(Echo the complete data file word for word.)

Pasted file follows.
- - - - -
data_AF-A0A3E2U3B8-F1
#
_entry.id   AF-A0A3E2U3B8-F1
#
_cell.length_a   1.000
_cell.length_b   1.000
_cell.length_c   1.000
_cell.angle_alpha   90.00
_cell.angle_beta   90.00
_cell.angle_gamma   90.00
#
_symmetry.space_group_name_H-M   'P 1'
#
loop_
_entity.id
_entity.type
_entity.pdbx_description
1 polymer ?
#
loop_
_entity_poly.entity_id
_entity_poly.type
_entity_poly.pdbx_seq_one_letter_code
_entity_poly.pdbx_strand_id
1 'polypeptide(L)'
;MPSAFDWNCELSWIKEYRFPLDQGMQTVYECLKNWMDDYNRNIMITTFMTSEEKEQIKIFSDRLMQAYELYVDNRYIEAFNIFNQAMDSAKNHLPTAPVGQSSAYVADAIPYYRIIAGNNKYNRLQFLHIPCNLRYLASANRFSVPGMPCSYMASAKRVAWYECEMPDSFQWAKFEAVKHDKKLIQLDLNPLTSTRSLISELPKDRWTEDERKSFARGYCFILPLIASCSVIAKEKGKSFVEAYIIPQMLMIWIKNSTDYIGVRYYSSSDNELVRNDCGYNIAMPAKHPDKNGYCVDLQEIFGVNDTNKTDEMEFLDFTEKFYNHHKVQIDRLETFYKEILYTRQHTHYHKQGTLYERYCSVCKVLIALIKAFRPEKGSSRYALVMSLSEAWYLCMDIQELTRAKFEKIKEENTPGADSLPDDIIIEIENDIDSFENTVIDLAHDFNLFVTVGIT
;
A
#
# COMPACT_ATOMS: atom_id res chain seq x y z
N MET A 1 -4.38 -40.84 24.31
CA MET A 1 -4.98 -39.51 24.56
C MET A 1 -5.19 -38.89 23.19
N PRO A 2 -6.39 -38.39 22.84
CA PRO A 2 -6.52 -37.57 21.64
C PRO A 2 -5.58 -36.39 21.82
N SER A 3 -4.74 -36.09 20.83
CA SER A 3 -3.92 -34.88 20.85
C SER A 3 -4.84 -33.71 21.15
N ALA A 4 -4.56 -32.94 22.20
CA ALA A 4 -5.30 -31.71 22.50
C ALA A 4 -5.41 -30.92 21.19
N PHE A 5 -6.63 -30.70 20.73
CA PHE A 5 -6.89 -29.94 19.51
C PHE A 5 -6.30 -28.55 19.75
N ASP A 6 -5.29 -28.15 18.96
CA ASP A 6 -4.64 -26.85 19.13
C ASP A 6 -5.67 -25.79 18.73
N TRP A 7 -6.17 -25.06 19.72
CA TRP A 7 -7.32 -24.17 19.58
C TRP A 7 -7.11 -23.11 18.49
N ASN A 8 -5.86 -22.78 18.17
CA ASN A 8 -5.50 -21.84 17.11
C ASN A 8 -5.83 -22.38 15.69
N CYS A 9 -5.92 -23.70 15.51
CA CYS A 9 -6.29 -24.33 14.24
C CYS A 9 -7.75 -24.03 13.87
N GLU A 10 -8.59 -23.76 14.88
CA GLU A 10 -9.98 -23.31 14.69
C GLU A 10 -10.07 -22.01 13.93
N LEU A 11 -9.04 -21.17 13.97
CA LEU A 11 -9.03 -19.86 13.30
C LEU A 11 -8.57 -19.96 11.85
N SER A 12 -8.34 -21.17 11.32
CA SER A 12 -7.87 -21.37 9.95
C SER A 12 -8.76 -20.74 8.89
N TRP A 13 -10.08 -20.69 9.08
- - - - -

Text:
data_AF-A0A3E2U3B8-F1
#
_entry.id   AF-A0A3E2U3B8-F1
#
_cell.length_a   1.000
_cell.length_b   1.000
_cell.length_c   1.000
_cell.angle_alpha   90.00
_cell.angle_beta   90.00
_cell.angle_gamma   90.00
#
_symmetry.space_group_name_H-M   'P 1'
#
loop_
_entity.id
_entity.type
_entity.pdbx_description
1 polymer ?
#
loop_
_entity_poly.entity_id
_entity_poly.type
_entity_poly.pdbx_seq_one_letter_code
_entity_poly.pdbx_strand_id
1 'polypeptide(L)'
;MPSAFDWNCELSWIKEYRFPLDQGMQTVYECLKNWMDDYNRNIMITTFMTSEEKEQIKIFSDRLMQAYELYVDNRYIEAFNIFNQAMDSAKNHLPTAPVGQSSAYVADAIPYYRIIAGNNKYNRLQFLHIPCNLRYLASANRFSVPGMPCSYMASAKRVAWYECEMPDSFQWAKFEAVKHDKKLIQLDLNPLTSTRSLISELPKDRWTEDERKSFARGYCFILPLIASCSVIAKEKGKSFVEAYIIPQMLMIWIKNSTDYIGVRYYSSSDNELVRNDCGYNIAMPAKHPDKNGYCVDLQEIFGVNDTNKTDEMEFLDFTEKFYNHHKVQIDRLETFYKEILYTRQHTHYHKQGTLYERYCSVCKVLIALIKAFRPEKGSSRYALVMSLSEAWYLCMDIQELTRAKFEKIKEENTPGADSLPDDIIIEIENDIDSFENTVIDLAHDFNLFVTVGIT
;
A
#
# COMPACT_ATOMS: atom_id res chain seq x y z
N MET A 1 -4.38 -40.84 24.31
CA MET A 1 -4.98 -39.51 24.56
C MET A 1 -5.19 -38.89 23.19
N PRO A 2 -6.39 -38.39 22.84
CA PRO A 2 -6.52 -37.57 21.64
C PRO A 2 -5.58 -36.39 21.82
N SER A 3 -4.74 -36.09 20.83
CA SER A 3 -3.92 -34.88 20.85
C SER A 3 -4.84 -33.71 21.15
N ALA A 4 -4.56 -32.94 22.20
CA ALA A 4 -5.30 -31.71 22.50
C ALA A 4 -5.41 -30.92 21.19
N PHE A 5 -6.63 -30.70 20.73
CA PHE A 5 -6.89 -29.94 19.51
C PHE A 5 -6.30 -28.55 19.75
N ASP A 6 -5.29 -28.15 18.96
CA ASP A 6 -4.64 -26.85 19.13
C ASP A 6 -5.67 -25.79 18.73
N TRP A 7 -6.17 -25.06 19.72
CA TRP A 7 -7.32 -24.17 19.58
C TRP A 7 -7.11 -23.11 18.49
N ASN A 8 -5.86 -22.78 18.17
CA ASN A 8 -5.50 -21.84 17.11
C ASN A 8 -5.83 -22.38 15.69
N CYS A 9 -5.92 -23.70 15.51
CA CYS A 9 -6.29 -24.33 14.24
C CYS A 9 -7.75 -24.03 13.87
N GLU A 10 -8.59 -23.76 14.88
CA GLU A 10 -9.98 -23.31 14.69
C GLU A 10 -10.07 -22.01 13.93
N LEU A 11 -9.04 -21.17 13.97
CA LEU A 11 -9.03 -19.86 13.30
C LEU A 11 -8.57 -19.96 11.85
N SER A 12 -8.34 -21.17 11.32
CA SER A 12 -7.87 -21.37 9.95
C SER A 12 -8.76 -20.74 8.89
N TRP A 13 -10.08 -20.69 9.08